Harriet Taylor Mill (born 8 October 1807)
Harriet Hardy was born in south London, the daughter of Thomas Hardy, a surgeon, and Harriet Hurst. In 1826, when she was eighteen years old, Harriet Hardy married John Taylor, a prosperous merchant--in pharmaceuticals--and the couple had three children. John and Harriet Taylor also became members of the Unitarian church and developed radical political views, including those of the minister, editor, and writer William Johnson Fox who, among other things, was a proponent of women's rights.
|Harriet Taylor Mill|
Harriet Taylor's life took an unexpected, even scandalous, turn when she met John Stuart Mill in 1830. The two regarded one another as intellectual equals, shared views on a variety of issues, including marriage and women's economic, professional, and social status.
They also began an intimate relationship, but one that they claimed was not sexual. Whatever the nature of their connection, John Taylor was able to accommodate their friendship, at least until 1833 when the Taylors established separate households, with John raising their two sons, and Harriet maintaining custody of the couple's daughter, Helen Taylor (who would later play a significant role in the suffrage movement).
The two friends, John Stuart Mill and Harriet Taylor, spent six weeks together in Paris. On their return, Taylor moved into her own home, where Mill would visit on weekends. Their relationship resulted in a scandal and social isolation, at least for Harriet.
In 1849, suffering from cancer, John Taylor asked his wife to return home. After some hesitation--she felt she owed her time and attention to Mill--Harriet did return to take care of her husband during his final illness. John Taylor died on 3 May 1849. Out of respect for him--and fear of more scandal, perhaps--Harriet Taylor and John Stuart Mill waited until 1851 to marry.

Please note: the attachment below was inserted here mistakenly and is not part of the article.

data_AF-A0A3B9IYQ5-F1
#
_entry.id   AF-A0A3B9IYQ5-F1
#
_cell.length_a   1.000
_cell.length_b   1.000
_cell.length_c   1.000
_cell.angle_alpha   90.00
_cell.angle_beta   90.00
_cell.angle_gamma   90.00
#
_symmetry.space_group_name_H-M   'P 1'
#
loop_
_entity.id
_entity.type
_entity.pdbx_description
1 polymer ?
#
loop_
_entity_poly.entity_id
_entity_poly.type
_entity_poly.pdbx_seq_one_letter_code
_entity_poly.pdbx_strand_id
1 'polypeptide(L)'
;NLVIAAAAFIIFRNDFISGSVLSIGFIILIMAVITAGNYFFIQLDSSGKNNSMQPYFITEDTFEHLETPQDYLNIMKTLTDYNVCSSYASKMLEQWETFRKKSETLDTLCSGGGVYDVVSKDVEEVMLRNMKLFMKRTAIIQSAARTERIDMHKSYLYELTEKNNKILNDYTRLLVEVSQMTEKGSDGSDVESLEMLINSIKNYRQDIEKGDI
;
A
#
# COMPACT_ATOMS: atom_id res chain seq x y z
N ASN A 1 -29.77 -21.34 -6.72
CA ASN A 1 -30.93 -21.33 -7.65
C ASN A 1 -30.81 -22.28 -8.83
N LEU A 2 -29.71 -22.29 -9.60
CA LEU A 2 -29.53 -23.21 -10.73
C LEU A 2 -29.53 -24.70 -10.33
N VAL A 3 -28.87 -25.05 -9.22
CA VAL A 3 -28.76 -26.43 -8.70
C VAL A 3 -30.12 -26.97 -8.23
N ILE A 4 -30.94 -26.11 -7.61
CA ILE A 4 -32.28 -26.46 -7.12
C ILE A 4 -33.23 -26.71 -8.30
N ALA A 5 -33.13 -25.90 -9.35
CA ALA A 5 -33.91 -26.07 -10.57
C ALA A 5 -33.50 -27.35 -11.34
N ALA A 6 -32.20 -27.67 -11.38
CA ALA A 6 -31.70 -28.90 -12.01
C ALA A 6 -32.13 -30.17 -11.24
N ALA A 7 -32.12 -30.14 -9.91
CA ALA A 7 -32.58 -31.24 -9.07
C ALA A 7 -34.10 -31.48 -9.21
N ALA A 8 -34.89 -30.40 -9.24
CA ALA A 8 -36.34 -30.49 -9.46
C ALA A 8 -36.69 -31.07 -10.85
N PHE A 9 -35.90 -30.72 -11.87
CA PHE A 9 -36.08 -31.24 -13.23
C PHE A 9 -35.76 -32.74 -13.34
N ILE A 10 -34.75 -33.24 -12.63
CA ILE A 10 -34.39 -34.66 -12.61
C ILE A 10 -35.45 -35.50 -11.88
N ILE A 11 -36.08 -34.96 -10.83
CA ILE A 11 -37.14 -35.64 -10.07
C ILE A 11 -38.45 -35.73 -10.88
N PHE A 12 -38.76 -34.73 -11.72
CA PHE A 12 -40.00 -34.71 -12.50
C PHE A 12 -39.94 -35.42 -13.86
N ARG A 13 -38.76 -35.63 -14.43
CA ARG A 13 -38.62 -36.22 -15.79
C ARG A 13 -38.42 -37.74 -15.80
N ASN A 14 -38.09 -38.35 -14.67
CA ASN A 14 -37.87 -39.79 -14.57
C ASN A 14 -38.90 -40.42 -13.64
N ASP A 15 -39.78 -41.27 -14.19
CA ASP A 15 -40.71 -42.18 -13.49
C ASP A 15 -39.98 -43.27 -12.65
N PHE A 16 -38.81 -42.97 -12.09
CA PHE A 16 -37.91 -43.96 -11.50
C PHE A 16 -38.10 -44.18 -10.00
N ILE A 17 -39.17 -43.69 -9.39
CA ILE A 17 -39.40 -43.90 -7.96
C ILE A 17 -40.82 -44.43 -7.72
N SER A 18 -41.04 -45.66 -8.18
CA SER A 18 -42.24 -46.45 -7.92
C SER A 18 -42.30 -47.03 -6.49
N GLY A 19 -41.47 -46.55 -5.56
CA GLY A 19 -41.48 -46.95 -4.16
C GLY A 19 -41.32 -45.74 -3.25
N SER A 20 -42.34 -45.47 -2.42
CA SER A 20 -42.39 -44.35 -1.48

Up to this point, it looks as though the only thing significant about Harriet Taylor Mill was her unconventional relationships, but that is not at all the case. In fact, Taylor Mill played a significant role in John Stuart Mill's political thinking, writing, and publishing. Indeed, the only "problem" is to figure out exactly how extensive her role was.
Mill himself credited Taylor Mill as a co-author. He described Taylor Mill as a joint-author in newspaper articles he published in the 1840s and 50s, sometimes going so far as to say that very little of certain pieces belonged to him at all. About an 1853 pamphlet about a domestic violence bill, for example, he noted, "In this I acted chiefly as an amanuensis to my wife." In a letter to Harriet, written in 1854, Mill wrote, "I shall never be satisfied unless you allow our best book, the book which is to come, to have our two names on the title page. It ought to be so with everything I publish, for the better half of it all is yours".
He went further in his Autobiography. There he detailed the role Harriet Taylor Mill played in his Principles of Political Economy, going so far as to describe it as "a joint production with my wife." About On Liberty, he wrote: